"The Conjurer" offers hints of reggae, blues, folk, rock, and adult pop -- all woven around a positive, humanistic theme. It’s raw and organic yet doesn’t sacrifice anything as far as sonic quality, displaying Cooper's distinctive voice and guitar.
Dana Cooper has customarily named his albums after song titles. The Conjurer departs from that tradition, with a compelling addition to the veteran singer-songwriter’s canon. With its inventive blend of acoustic rock, blues, folk, adult-contemporary pop and even a hint of reggae, this new collection demonstrates that Dana is still pushing forward as a recording artist and songwriter: trying new things, working with new collaborators, and letting his sound evolve.
"The idea of a conjurer, of someone who pulls something out of the air, makes me laugh,” says Dana Cooper. “It definitely describes how I see myself as a songwriter and performer. There’s a mystery and magic in songwriting. You have to keep believing you can pull the next idea out of a hat. In another way, someone who performs for the public has to be a conjurer, too. You have to be able to stand there and believe you can dazzle people with your next trick.”
But here’s where the metaphor ends: Cooper’s new set of songs prove once again that there’s no sleight of hand involved in crafting and presenting music this powerful. The seasoned singer-songwriter has grown into a master craftsman where every word has a purpose, every chord has a reason.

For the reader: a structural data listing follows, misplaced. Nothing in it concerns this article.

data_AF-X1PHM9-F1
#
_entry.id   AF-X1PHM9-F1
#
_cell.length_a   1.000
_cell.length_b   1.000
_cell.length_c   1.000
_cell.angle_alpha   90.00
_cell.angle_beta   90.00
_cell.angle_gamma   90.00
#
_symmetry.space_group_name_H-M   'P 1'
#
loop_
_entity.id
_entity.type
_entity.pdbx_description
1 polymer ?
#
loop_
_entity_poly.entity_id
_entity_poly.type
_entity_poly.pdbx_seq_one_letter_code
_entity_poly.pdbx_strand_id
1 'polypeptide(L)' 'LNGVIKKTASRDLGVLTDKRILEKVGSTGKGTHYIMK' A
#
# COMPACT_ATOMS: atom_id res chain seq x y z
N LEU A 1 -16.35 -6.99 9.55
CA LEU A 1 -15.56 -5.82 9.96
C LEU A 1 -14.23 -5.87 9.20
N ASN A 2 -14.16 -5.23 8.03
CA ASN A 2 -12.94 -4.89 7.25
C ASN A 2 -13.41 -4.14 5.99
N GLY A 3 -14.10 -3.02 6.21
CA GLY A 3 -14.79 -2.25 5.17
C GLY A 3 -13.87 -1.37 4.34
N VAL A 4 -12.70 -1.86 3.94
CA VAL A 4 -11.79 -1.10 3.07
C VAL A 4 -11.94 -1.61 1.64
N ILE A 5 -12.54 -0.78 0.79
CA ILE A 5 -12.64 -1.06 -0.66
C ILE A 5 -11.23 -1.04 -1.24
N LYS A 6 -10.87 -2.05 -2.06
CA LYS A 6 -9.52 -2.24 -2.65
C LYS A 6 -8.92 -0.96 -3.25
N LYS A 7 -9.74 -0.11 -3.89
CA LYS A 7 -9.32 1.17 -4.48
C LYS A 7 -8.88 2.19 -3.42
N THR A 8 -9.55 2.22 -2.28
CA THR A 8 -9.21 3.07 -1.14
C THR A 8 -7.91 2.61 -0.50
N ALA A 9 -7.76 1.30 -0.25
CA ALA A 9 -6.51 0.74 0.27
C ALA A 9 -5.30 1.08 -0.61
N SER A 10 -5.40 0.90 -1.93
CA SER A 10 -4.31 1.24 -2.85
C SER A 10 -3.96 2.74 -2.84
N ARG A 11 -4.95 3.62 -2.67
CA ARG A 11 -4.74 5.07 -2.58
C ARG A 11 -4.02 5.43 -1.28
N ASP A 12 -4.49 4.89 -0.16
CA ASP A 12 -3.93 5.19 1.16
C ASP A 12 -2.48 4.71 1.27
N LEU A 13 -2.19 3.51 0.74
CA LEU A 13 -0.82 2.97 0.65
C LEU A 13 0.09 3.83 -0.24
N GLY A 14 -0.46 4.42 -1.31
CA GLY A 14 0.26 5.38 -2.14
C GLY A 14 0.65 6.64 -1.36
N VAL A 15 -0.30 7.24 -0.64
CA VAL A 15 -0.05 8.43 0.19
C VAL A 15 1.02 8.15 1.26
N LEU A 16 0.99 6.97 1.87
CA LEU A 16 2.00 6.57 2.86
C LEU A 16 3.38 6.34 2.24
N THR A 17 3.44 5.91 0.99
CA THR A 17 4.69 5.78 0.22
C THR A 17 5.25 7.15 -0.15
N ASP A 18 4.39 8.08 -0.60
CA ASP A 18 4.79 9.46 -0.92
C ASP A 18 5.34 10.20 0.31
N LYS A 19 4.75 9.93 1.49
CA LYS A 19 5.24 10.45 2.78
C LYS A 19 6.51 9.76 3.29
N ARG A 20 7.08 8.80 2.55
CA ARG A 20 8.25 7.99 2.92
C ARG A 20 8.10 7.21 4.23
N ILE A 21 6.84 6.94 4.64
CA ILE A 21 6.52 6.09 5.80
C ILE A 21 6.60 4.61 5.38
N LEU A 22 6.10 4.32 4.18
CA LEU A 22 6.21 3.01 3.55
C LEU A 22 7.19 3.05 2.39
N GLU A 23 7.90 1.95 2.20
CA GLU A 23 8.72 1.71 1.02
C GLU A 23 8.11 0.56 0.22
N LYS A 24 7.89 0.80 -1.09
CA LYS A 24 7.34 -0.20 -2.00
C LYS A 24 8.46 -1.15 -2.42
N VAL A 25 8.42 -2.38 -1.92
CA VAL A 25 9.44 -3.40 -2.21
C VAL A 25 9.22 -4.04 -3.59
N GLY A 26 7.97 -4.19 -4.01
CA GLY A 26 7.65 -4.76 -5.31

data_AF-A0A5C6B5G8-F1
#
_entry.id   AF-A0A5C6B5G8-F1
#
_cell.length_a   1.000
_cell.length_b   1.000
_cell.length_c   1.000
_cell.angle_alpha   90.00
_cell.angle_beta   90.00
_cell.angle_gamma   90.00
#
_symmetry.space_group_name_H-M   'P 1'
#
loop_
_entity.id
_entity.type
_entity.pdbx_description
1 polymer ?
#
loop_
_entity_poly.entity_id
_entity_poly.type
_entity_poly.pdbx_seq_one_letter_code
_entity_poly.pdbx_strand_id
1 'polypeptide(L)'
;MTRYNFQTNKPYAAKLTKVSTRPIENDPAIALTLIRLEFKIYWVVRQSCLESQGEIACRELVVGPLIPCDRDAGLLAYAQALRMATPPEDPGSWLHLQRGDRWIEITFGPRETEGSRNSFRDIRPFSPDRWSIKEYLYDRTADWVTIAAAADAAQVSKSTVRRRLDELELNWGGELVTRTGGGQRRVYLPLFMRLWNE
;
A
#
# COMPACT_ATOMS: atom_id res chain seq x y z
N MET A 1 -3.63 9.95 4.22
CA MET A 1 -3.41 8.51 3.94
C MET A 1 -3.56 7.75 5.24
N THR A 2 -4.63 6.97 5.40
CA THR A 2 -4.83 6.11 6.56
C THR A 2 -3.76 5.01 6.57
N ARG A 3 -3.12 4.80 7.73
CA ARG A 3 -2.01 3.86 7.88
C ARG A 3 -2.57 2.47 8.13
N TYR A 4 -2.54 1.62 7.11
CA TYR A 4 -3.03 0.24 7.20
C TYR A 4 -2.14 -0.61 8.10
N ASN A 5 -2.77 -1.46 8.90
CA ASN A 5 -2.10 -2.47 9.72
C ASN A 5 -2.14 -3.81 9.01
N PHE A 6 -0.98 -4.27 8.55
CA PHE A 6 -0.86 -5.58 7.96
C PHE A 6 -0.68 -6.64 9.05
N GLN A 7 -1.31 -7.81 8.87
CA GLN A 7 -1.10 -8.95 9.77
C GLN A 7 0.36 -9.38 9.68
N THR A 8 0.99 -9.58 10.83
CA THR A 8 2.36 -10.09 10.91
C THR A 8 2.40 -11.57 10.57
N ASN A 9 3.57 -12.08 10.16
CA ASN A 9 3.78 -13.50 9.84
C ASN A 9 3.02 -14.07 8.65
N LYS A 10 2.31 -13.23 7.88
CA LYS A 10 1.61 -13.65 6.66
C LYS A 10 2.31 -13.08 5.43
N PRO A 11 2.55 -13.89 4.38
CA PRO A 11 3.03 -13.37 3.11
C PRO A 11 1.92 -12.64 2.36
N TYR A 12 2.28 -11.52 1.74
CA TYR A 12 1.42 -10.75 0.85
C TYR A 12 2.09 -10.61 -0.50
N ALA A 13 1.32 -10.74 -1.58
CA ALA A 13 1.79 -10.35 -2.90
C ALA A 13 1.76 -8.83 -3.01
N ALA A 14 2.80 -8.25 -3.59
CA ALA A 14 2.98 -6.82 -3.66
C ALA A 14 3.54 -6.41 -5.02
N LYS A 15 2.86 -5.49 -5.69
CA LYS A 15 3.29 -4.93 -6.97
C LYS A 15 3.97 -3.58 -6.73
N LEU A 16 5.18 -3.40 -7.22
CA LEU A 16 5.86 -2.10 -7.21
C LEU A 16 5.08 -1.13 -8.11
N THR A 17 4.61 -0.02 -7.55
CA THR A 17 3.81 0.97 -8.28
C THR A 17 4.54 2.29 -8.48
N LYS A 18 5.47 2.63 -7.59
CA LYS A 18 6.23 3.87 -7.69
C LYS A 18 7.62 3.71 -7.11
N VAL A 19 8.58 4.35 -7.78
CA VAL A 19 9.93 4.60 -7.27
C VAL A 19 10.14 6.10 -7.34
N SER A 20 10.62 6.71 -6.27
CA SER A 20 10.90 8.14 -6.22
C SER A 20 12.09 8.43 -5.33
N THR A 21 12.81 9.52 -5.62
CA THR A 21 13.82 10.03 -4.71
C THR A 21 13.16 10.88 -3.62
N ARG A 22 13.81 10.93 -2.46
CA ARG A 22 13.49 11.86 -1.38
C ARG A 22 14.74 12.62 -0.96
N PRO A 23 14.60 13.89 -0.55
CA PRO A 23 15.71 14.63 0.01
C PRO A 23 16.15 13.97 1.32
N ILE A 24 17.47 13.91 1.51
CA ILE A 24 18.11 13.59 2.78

What’s remarkable about The Conjurer is how confident and nervy Cooper sounds interpreting his own material. Like any great artist, he has responded to his times, penning uplifting songs about perseverance and finding the positive in life in an of era of endlessly shifting landscapes. The Conjurer delivers a positive, humanistic theme in a collection that is raw and organic yet sacrifices nothing in the way of sonic quality, providing an ample platform Cooper's distinctive voice and guitar.
The title was inspired when the album’s art director, Jeff Thorneycroft, envisioned a CD cover designed to look like an old magician’s poster. The idea resonated with Cooper who, after more than three decades on the road, recognizes that stepping on stage in front of a different audience night after night takes no small amount of trickery.
“I’ve always considered myself an outsider as far as the music industry goes,” Dana Cooper says. “I focused on a grassroots career by making albums I liked and that I took to people by playing live. Now that’s what everyone says is the new music model, that you build a sustaining career by playing live and sticking to your own vision. If that’s the case, then I figure I’m ahead of the game, because I’ve been doing it that way for more than 30 years.”